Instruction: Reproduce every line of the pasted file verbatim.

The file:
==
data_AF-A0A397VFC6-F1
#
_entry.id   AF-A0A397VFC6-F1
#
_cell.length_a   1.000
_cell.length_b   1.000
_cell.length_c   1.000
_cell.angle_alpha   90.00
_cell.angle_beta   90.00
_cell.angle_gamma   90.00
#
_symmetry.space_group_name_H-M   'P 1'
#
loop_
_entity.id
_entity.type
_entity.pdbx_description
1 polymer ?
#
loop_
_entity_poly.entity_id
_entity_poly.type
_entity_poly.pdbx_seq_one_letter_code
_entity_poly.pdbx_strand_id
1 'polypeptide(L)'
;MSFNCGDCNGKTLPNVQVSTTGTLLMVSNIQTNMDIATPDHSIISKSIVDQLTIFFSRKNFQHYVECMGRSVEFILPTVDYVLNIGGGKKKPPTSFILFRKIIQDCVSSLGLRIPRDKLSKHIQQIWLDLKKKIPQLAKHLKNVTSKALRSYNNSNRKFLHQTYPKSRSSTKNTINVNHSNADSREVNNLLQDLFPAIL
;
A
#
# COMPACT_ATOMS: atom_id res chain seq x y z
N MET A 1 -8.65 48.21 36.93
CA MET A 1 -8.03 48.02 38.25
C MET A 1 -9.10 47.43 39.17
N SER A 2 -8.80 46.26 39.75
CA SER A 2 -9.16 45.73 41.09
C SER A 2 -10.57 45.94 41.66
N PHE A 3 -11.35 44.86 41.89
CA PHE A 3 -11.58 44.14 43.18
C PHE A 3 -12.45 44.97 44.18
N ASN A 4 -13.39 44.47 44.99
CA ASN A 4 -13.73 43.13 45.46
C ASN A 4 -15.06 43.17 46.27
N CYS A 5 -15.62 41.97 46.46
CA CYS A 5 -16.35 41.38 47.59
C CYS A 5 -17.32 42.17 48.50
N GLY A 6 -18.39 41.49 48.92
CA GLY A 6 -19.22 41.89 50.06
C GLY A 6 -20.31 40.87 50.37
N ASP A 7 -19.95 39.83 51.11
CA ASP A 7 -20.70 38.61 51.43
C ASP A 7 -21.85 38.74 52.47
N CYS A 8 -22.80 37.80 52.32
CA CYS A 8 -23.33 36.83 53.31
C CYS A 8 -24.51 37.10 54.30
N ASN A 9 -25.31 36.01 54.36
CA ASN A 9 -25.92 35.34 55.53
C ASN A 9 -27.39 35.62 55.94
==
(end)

data_AF-A0A397VFC6-F1
#
_entry.id   AF-A0A397VFC6-F1
#
_cell.length_a   1.000
_cell.length_b   1.000
_cell.length_c   1.000
_cell.angle_alpha   90.00
_cell.angle_beta   90.00
_cell.angle_gamma   90.00
#
_symmetry.space_group_name_H-M   'P 1'
#
loop_
_entity.id
_entity.type
_entity.pdbx_description
1 polymer ?
#
loop_
_entity_poly.entity_id
_entity_poly.type
_entity_poly.pdbx_seq_one_letter_code
_entity_poly.pdbx_strand_id
1 'polypeptide(L)'
;MSFNCGDCNGKTLPNVQVSTTGTLLMVSNIQTNMDIATPDHSIISKSIVDQLTIFFSRKNFQHYVECMGRSVEFILPTVDYVLNIGGGKKKPPTSFILFRKIIQDCVSSLGLRIPRDKLSKHIQQIWLDLKKKIPQLAKHLKNVTSKALRSYNNSNRKFLHQTYPKSRSSTKNTINVNHSNADSREVNNLLQDLFPAIL
;
A
#
# COMPACT_ATOMS: atom_id res chain seq x y z
N MET A 1 -8.65 48.21 36.93
CA MET A 1 -8.03 48.02 38.25
C MET A 1 -9.10 47.43 39.17
N SER A 2 -8.80 46.26 39.75
CA SER A 2 -9.16 45.73 41.09
C SER A 2 -10.57 45.94 41.66
N PHE A 3 -11.35 44.86 41.89
CA PHE A 3 -11.58 44.14 43.18
C PHE A 3 -12.45 44.97 44.18
N ASN A 4 -13.39 44.47 44.99
CA ASN A 4 -13.73 43.13 45.46
C ASN A 4 -15.06 43.17 46.27
N CYS A 5 -15.62 41.97 46.46
CA CYS A 5 -16.35 41.38 47.59
C CYS A 5 -17.32 42.17 48.50
N GLY A 6 -18.39 41.49 48.92
CA GLY A 6 -19.22 41.89 50.06
C GLY A 6 -20.31 40.87 50.37
N ASP A 7 -19.95 39.83 51.11
CA ASP A 7 -20.70 38.61 51.43
C ASP A 7 -21.85 38.74 52.47
N CYS A 8 -22.80 37.80 52.32
CA CYS A 8 -23.33 36.83 53.31
C CYS A 8 -24.51 37.10 54.30
N ASN A 9 -25.31 36.01 54.36
CA ASN A 9 -25.92 35.34 55.53
C ASN A 9 -27.39 35.62 55.94